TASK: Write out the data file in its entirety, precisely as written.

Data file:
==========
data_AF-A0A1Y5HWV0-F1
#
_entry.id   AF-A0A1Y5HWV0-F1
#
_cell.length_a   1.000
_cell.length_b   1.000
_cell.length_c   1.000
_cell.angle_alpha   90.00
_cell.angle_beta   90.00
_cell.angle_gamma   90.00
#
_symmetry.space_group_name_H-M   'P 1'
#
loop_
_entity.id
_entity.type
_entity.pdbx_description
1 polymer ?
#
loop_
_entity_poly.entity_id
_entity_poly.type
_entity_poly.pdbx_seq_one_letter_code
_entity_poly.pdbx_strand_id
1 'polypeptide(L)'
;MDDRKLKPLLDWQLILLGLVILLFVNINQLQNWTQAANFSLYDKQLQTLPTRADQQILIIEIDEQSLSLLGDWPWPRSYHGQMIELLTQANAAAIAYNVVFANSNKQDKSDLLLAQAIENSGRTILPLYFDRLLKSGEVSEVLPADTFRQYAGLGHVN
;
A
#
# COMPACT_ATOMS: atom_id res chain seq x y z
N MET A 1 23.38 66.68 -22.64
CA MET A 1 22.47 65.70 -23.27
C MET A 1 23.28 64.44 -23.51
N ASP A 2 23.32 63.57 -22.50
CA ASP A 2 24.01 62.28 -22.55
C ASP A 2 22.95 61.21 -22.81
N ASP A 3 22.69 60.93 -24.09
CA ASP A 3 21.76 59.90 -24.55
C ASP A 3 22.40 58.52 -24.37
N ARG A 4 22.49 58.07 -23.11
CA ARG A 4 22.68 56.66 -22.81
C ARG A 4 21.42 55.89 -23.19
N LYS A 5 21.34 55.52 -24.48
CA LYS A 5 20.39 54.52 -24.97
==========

data_AF-A0A1Y5HWV0-F1
#
_entry.id   AF-A0A1Y5HWV0-F1
#
_cell.length_a   1.000
_cell.length_b   1.000
_cell.length_c   1.000
_cell.angle_alpha   90.00
_cell.angle_beta   90.00
_cell.angle_gamma   90.00
#
_symmetry.space_group_name_H-M   'P 1'
#
loop_
_entity.id
_entity.type
_entity.pdbx_description
1 polymer ?
#
loop_
_entity_poly.entity_id
_entity_poly.type
_entity_poly.pdbx_seq_one_letter_code
_entity_poly.pdbx_strand_id
1 'polypeptide(L)'
;MDDRKLKPLLDWQLILLGLVILLFVNINQLQNWTQAANFSLYDKQLQTLPTRADQQILIIEIDEQSLSLLGDWPWPRSYHGQMIELLTQANAAAIAYNVVFANSNKQDKSDLLLAQAIENSGRTILPLYFDRLLKSGEVSEVLPADTFRQYAGLGHVN
;
A
#
# COMPACT_ATOMS: atom_id res chain seq x y z
N MET A 1 23.38 66.68 -22.64
CA MET A 1 22.47 65.70 -23.27
C MET A 1 23.28 64.44 -23.51
N ASP A 2 23.32 63.57 -22.50
CA ASP A 2 24.01 62.28 -22.55
C ASP A 2 22.95 61.21 -22.81
N ASP A 3 22.69 60.93 -24.09
CA ASP A 3 21.76 59.90 -24.55
C ASP A 3 22.40 58.52 -24.37
N ARG A 4 22.49 58.07 -23.11
CA ARG A 4 22.68 56.66 -22.81
C ARG A 4 21.42 55.89 -23.19
N LYS A 5 21.34 55.52 -24.48
CA LYS A 5 20.39 54.52 -24.97